A Fool and His Money Are Soon Parted--but Only the Money Is Gone, the Fool Remains and This Time He's Suing
Stocks Go Down, Complaints Go Up Investors Increasingly Aim Anger at Advisers, Brokers By Elizabeth Razzi Special to The Washington Post Sunday, May 10, 2009 A lot of investors are blistering mad, not only about the sorry state of their portfolios but also about the investment advice they got on the way down. Their discontent drives a search for scapegoats -- someone to blame for lost wealth. But it goes even deeper: Many investors are finding grounds to formally accuse their brokers and dealers of bad behavior. The backlash against the investment professionals is so sharp that in recognition of public outrage, the financial planning industry is asking Congress to create a national organization to regulate its ranks. . . . The top complaint is breach of fiduciary duty, which requires a representative to act in the best interests of a client, with 946 cases filed through March. That's followed by 758 cases of alleged misrepresentation and 631 cases claiming negligence. She (Linda Fienberg) said that the tally tends to run in the opposite direction of the stock market: When stocks go down, complaints go up.
_______________________________________________________ Sue the bastards, it's the American way. Blameless ourselves, we can't wait to set the blame elsewhere, like setting the dog on a noise in the night. Nary a complaint during the feeding frenzy of up markets. As long as the fishing is good, who cares what bait is thrown in the water? An industry concerned with 'financial planning' that is so corrupt it seeks out a congressional policeman, isn't likely to quell the fears of investors.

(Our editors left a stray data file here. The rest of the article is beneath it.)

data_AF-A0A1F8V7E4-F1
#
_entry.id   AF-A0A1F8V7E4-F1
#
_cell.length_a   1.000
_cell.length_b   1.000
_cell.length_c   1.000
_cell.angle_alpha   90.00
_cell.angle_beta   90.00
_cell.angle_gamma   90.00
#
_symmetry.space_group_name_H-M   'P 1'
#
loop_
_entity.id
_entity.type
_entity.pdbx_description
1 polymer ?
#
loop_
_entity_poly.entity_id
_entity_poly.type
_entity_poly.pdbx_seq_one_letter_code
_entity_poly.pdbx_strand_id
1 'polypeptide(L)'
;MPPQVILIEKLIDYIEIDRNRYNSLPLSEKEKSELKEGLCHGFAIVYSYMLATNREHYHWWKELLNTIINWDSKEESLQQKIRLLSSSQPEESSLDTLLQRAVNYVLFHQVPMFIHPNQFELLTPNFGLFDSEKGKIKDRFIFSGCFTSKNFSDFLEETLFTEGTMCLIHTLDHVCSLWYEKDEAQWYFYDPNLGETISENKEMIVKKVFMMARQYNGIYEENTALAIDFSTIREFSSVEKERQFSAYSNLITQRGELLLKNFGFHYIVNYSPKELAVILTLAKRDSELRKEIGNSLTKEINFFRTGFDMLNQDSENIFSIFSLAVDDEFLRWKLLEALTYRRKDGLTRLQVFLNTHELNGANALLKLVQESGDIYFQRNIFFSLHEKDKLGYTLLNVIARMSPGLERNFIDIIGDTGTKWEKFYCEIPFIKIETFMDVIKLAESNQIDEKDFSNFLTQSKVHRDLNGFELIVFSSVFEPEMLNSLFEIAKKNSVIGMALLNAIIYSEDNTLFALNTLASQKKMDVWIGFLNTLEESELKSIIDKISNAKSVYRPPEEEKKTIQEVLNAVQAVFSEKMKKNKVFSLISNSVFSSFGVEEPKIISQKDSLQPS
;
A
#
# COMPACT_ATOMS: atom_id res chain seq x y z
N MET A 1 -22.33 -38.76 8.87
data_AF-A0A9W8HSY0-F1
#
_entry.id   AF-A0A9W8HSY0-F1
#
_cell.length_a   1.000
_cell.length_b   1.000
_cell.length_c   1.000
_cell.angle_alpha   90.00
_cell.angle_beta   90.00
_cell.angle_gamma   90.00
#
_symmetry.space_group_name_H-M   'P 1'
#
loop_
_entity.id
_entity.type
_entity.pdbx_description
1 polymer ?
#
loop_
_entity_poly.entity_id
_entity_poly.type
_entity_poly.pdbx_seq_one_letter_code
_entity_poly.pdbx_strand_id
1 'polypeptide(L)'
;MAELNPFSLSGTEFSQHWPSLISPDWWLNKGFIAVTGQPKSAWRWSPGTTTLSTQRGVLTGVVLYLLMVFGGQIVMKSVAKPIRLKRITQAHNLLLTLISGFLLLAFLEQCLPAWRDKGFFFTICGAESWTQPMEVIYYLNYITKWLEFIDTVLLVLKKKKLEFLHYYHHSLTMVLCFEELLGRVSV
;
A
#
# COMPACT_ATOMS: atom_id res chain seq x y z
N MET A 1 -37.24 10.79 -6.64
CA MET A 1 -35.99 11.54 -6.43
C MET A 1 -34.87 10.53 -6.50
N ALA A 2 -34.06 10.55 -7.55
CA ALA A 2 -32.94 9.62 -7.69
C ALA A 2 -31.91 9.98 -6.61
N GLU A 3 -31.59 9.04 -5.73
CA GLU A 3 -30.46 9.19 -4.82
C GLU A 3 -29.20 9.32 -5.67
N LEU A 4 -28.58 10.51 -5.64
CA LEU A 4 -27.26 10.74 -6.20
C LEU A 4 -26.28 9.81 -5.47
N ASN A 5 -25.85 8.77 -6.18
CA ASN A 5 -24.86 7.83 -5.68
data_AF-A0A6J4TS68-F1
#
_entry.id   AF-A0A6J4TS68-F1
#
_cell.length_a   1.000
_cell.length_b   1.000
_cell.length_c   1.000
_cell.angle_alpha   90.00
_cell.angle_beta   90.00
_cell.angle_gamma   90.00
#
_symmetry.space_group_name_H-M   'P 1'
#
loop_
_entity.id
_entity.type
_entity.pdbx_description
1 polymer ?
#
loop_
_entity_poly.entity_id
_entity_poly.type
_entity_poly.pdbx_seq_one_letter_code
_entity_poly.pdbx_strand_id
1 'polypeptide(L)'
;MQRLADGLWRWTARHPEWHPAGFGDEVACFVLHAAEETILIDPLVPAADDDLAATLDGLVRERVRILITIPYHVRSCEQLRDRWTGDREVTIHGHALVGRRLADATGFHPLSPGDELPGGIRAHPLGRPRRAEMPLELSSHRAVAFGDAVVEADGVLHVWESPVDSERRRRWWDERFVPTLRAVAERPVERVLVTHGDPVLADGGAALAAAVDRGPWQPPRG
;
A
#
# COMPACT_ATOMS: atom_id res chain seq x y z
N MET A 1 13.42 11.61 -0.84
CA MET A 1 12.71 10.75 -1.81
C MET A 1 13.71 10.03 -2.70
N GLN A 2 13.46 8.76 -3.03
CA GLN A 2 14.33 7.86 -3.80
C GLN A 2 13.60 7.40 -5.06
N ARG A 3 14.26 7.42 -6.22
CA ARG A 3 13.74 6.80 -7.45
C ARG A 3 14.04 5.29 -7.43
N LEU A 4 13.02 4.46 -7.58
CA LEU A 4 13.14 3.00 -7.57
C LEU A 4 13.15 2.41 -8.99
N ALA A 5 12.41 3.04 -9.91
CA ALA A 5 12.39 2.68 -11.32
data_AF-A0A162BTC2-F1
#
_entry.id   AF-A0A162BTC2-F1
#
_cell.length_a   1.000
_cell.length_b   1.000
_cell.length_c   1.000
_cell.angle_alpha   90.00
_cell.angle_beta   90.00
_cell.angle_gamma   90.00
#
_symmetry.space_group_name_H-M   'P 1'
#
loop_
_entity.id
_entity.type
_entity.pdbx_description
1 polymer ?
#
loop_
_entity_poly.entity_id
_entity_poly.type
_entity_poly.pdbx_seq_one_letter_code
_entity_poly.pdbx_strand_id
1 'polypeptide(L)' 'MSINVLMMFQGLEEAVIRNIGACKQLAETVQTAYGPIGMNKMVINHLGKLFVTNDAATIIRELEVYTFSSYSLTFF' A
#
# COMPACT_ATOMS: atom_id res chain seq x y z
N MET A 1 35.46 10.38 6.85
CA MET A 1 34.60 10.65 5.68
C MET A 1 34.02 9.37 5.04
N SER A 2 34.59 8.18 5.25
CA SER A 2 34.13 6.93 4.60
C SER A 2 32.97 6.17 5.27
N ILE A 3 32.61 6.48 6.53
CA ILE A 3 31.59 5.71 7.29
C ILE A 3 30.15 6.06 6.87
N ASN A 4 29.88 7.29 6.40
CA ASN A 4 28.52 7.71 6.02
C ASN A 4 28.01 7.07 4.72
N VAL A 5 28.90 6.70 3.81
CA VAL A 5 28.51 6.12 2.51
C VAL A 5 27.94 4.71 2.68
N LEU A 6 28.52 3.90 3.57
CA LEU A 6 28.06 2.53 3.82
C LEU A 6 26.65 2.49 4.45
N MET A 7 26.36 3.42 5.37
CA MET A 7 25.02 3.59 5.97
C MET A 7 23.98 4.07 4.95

But it's a whole lot more likely to look like the separation of wheat from chaff. To look good is everything today--and if those advisors need a tummy-tuck and planners require a chin-lift or boob-job to get the signature, so be it. Which falls somewhat short of keeping the seas of too much capital from broaching the dike of conservative advice. It wasn't that all investments were lemons, it's that investors saw lemons out-performing oranges and reacted by a 'what the hell, they're both citrus' investment strategy. Hardly a basis for redress, but a confirmation of gullibility and greed over common sense.